Equipment: As for top roping but lead climbing also includes the quick draws needed to secure a climber as they ascend.

In Zermatt: There are lots of sport climbing areas with a wide range of climbing grades. Eschelbalmen is the easiest accessible area and has 20+ routes ranging from beginner to expert (grade 3 to 7+). Also check out the routes below the Edelweiss restaurant, above Furi on the way to the Glacier Garden and behind the Fluhalp hut.

Trad climbing

Trad (traditional) climbing is much like sport climbing but there are no bolts drilled into the rock. In this case, you must place your own protection (gadgets like slings, nuts and jamming devices) to keep you stay safe as you ascend. These are removed by the second climber so no trace is left on the rock.

Equipment: Trad climbing involves more kit (the pieces needed for protection in place of the bolts) and much higher levels of knowledge in order to make safe placements of gear for protection.

Multi pitch climbing

Multi pitch climbing can be done in sport or trad style and, once you reach the top of a pitch, your partner climbs to meet you rather than lowering you back to the ground. You can then repeat the process to move further up the rock. In this way, climbers can safely ascend large faces and reach mountain peaks. Check out the film Dawn Wall for an awesome example of multi pitch climbing.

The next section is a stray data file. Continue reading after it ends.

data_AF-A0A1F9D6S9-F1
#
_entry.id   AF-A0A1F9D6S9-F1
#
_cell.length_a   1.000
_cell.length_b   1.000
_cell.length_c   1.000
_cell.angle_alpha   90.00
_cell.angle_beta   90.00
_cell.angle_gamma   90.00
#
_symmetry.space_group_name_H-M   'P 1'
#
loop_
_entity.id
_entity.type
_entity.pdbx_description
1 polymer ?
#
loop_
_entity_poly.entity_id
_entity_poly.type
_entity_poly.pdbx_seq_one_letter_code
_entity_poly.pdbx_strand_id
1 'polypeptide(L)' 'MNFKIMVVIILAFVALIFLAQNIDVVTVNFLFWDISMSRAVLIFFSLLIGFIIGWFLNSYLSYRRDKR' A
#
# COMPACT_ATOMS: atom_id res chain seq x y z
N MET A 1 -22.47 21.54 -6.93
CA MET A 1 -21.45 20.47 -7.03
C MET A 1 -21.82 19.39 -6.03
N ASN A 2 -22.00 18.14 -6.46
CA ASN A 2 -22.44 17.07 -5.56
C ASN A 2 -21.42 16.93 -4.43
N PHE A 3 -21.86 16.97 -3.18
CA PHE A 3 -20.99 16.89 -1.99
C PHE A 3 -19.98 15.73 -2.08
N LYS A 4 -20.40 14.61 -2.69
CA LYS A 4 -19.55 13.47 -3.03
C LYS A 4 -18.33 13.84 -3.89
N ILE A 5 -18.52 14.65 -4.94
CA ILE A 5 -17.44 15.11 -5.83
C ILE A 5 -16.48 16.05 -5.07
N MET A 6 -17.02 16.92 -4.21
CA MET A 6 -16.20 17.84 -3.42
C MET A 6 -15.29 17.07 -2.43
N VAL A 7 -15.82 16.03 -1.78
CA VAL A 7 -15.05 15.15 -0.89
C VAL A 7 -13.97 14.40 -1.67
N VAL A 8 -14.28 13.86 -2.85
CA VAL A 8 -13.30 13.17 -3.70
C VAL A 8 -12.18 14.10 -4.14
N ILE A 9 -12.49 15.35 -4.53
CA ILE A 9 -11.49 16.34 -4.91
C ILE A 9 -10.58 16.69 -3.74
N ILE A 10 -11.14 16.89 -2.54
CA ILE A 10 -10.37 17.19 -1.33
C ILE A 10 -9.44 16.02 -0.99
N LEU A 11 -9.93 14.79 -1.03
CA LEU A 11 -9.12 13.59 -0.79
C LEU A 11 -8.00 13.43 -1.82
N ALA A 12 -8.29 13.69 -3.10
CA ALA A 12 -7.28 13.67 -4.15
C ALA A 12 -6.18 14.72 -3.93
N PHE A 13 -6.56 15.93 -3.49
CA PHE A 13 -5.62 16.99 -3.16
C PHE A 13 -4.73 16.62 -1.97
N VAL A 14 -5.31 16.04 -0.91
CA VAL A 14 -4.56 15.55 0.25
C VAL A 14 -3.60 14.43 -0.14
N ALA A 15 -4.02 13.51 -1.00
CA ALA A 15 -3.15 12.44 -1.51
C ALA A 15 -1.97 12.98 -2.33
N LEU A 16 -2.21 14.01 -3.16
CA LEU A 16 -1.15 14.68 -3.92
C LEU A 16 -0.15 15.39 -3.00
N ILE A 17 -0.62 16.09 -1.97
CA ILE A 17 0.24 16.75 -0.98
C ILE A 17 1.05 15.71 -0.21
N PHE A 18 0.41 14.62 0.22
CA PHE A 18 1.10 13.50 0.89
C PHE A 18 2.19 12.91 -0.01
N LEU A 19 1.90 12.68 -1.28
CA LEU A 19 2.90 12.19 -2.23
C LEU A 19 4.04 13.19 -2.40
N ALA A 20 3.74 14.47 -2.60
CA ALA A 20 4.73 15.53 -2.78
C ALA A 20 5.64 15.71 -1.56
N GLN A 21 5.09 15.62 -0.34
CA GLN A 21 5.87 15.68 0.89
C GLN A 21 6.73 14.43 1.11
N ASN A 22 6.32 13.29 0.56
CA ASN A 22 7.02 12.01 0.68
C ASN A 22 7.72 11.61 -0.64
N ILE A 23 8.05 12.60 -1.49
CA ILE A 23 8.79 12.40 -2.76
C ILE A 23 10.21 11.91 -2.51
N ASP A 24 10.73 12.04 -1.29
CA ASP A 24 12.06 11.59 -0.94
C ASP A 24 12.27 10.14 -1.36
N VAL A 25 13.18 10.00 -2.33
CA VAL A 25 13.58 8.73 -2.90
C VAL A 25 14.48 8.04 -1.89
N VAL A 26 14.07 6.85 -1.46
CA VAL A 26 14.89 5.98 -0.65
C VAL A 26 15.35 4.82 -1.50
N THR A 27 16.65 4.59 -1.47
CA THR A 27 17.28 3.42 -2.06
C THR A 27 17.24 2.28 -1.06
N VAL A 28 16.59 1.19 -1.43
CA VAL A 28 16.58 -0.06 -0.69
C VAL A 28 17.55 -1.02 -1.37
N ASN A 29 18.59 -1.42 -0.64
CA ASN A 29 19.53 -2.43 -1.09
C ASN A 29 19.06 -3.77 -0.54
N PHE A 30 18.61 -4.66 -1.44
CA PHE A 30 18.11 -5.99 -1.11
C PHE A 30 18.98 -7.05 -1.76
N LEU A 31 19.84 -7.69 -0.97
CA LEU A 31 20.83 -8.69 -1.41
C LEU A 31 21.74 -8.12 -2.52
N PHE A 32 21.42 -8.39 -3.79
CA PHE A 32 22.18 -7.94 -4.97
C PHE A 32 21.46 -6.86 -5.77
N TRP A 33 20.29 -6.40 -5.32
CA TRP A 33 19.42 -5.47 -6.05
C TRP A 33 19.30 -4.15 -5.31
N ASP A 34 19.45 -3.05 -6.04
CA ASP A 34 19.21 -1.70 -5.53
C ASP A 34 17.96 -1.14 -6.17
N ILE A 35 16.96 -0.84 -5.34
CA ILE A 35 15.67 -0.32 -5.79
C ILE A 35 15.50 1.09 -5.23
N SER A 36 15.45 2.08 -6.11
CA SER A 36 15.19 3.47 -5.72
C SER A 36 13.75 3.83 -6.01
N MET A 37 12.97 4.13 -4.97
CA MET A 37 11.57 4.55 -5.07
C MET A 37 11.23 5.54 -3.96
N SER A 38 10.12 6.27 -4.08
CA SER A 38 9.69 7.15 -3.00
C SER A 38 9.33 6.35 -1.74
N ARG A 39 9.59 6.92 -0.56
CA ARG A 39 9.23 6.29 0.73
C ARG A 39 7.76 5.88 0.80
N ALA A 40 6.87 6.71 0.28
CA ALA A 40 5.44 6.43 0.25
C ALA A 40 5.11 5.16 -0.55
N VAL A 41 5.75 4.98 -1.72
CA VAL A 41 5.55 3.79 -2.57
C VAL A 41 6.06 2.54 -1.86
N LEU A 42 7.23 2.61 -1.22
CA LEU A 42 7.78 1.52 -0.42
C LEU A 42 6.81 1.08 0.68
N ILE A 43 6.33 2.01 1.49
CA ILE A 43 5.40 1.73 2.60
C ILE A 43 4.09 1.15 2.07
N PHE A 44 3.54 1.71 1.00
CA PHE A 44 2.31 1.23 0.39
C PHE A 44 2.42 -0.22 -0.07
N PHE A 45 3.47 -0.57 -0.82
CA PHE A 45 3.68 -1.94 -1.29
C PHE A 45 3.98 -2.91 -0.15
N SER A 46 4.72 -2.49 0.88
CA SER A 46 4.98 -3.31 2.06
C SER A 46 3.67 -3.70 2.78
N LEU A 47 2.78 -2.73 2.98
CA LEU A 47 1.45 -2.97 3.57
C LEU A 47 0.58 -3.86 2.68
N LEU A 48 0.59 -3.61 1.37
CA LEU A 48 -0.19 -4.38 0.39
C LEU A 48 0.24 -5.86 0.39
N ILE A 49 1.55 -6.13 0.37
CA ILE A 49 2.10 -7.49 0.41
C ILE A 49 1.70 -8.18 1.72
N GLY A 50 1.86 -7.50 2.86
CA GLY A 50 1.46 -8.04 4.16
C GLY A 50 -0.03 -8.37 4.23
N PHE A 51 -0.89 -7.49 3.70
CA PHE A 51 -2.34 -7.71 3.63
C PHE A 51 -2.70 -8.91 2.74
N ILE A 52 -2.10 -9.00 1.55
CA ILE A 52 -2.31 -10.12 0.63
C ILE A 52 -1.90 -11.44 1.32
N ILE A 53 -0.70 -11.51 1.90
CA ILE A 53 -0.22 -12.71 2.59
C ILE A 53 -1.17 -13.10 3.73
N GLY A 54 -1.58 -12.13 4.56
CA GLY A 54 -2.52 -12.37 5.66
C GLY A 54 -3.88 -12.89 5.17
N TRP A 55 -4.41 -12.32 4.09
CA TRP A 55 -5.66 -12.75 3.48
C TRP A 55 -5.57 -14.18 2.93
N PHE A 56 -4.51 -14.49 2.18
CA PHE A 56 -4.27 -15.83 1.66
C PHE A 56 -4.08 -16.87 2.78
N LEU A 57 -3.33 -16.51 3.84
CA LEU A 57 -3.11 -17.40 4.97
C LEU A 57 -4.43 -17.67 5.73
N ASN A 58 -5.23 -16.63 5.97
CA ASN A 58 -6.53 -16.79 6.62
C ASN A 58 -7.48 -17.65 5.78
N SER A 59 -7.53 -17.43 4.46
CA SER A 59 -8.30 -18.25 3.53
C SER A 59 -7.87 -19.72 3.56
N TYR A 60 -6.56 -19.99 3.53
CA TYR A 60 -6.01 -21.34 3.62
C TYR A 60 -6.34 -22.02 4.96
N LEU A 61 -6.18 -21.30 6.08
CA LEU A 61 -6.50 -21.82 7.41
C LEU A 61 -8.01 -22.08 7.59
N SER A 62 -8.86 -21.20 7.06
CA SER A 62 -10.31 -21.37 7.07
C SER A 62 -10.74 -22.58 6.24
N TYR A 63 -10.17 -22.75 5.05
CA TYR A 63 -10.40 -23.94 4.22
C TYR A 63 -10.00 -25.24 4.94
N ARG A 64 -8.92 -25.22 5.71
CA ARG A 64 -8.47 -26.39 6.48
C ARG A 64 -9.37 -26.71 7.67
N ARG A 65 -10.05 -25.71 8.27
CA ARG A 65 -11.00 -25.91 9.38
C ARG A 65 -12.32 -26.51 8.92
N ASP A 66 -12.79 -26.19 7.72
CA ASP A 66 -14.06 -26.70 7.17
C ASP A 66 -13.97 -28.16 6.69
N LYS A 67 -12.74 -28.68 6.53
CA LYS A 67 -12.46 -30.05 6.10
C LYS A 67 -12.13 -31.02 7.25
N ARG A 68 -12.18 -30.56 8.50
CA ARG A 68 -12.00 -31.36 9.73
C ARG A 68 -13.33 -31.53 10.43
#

Equipment: Largely the same as for sport or trad climbing but some more expertise is required to stay safe as you move higher up.

In Zermatt: The classic place to multi pitch climb is the south face of the Riffelhorn. A fantastically airy place to climb with amazing views of our local mountains and the glaciers beneath you.


This is the oldest style of climbing. It is the most adventurous and involves numerous different skill sets from trad climbing, to ice climbing to glacier travel. Mountaineering days are usually longer, peaks are higher but the actual difficulty of climbing is generally lower.

Equipment: Mountaineering requires another range of kit (crampons and ice axe for instance) as well as a much broader skillset.

In Zermatt: Our 39 4000m peaks are a playground for mountaineers! Although not the highest or hardest, the Matterhorn is a big prize that should be on your list!

Check out our blog on mountaineering for more info.

Keen to have a go?

However you choose to start climbing, it’s well worth getting some instruction. This will give you the basic skills to move better on the rock but, more importantly, the knowledge of the processes needed to make sure you’re staying safe as you climb. There are many courses you can attend to learn the basics. Alternatively, you can hire a mountain guide to take you on climbing days and pick their brains along the way. A lot of guides see their job as simply keeping you alive so finding one who is also prepared to teach you some skills makes a big difference. Here in Zermatt: Book a guide at the Alpine Centre and let them know exactly what you want to achieve.

With basic safety knowledge and an investment in a bit of equipment, you can make the mountains your playground in summer as well as winter. See you on the rock.

Paul Hammett

Paul Hammett